The only thing weak in this paper is the way they presented their case study. It is unclear in several critical points, for example, in what degree did these participants already knew about persona and persona-scenarios; at which stage of the workshop did they started to carry out group tasks; how much user research results were given in that “short text”? Without knowing these information, we could not fully trust on the authors conclusion about persona-scenarios couldn’t be well written without their guidelines. In another way, though good points were presented, the credibility of the paper is lowered due to lacking of these information.


[Reading Reflection] Bridge the Research-Design Gap

Reading Material:

Sharp, Rogers, & Preece (2007) Interaction Design. Wiley. Chapter 10.

Cooper, Reimann, and Cronin (2007) About Face 3. Wiley. Chapter 5 & 6.

This week’s reading is aiming at transferring research data to useful design guidelines. The two books went for similar approaches, though slightly different in some concepts. They both use the qualitative research data gained through research phase to synthesis some kind of user models out of it. Then, based on the user models, user scenarios and product requirements could be generated.

Cooper emphasized a lot on the concept of “persona” against other models such as user profile, with very good reasons. Compared these two books, Cooper definitely has a clear route to follow, with a solid source to retrieve from — research based users’ goals. Persona as a user model is presented as individual people, yet represents groups of users with shared behavior patterns. This nature of persona could enable an honest information inheritance from research results and have a vivid characteristic to commute with stakeholders. Once having well-built persona, persona-based scenarios could be gained to represent how the specific persona will interact with specific product or interface. Requirements then could be retrieved from the scenarios correspondingly. We could now see a clear path to follow in terms of defining product requirements: qualitative research –> persona –> persona-based scenarios –> requirements.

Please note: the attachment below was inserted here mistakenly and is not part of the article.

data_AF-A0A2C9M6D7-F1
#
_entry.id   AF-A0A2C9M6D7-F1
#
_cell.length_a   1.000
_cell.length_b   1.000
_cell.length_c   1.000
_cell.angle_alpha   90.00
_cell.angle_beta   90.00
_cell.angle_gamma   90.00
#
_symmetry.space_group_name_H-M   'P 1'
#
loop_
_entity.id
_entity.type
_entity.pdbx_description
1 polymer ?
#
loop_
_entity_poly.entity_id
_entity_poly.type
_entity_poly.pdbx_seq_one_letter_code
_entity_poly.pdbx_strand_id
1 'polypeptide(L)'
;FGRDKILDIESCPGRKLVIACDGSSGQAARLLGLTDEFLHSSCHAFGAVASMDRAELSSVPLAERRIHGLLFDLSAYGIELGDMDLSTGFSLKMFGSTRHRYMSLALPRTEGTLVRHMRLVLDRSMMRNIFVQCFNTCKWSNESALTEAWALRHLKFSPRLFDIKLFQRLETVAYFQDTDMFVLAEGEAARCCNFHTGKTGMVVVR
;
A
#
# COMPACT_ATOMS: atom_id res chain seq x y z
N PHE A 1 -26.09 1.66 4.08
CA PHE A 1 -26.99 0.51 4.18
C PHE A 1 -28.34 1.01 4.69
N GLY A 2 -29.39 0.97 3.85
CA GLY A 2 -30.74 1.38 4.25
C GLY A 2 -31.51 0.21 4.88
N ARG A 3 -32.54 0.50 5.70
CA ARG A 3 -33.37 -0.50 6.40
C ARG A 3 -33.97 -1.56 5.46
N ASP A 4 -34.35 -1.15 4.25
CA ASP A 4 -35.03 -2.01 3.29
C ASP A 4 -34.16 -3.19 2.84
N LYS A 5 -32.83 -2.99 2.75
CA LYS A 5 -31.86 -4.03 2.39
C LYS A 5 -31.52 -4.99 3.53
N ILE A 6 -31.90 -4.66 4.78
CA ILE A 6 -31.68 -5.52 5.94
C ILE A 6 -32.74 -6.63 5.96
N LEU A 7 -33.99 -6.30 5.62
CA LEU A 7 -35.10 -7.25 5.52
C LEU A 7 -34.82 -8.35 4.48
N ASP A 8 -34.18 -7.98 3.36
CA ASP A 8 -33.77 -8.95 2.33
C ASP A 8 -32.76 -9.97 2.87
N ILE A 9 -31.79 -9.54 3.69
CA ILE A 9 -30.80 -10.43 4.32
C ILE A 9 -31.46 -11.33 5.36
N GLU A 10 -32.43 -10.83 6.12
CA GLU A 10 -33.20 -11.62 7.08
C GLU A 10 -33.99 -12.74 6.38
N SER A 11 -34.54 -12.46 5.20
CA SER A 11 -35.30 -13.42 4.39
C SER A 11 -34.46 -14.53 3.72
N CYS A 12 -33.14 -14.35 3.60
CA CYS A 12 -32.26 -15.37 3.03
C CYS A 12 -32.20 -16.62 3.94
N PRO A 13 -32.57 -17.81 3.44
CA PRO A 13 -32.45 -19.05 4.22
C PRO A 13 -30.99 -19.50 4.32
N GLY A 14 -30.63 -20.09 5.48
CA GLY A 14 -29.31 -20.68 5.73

The process of creating persona and analyzing persona to generate scenarios & requirements reminds me of a popular Website in China: the Chinese Facebook –Renren.com. I actually met the founder W of this Website about two years ago. He said honestly that when they created Renren, there were several competitors out there in China. Everyone is trying to design the features of the social Website by themselves but no one succeed very well. W and his team then decided they would just copy Facebook since they had similar target users (college students) and Facebook’s success had been verified by the market. However, if they just copied everything from Facebook, I’d say they would fail or at least not that popular as they are now. What did they change, then? Considering the different national culture, it is reasonable to have different users’ goals. For example, Chinese people will more care about who have payed attention to my posts; how people think of me after they saw my posts (status, pictures, or diaries); could I “secretly” visit someone’s page without he knowing about it; and who is the most popular person in my university? According to Norman’s three level of cognitive processing, I would say these belong to behavioral and reflective processing, which are very important to build long-term product relationships. Once these end goals of users are fulfilled, users will “upgrade” to loyal users. To fulfill these user goals, requirements could be generated. Such as users need to see who visited them recently; number of visits should be displayed in dominant position; and Website could show who is the most popular according to visit rate. Then here we go, Renren, a Chinese Facebook:

The "Recent Visitor" Function of Renren.com

The "Recent Visitor" Function

The "Number of Visits" of Renren

The "Number of Visits"

The "Most Popular People" Display of Renren.com

The "Most Popular People" Display

How do you like it, as a non-Chinese?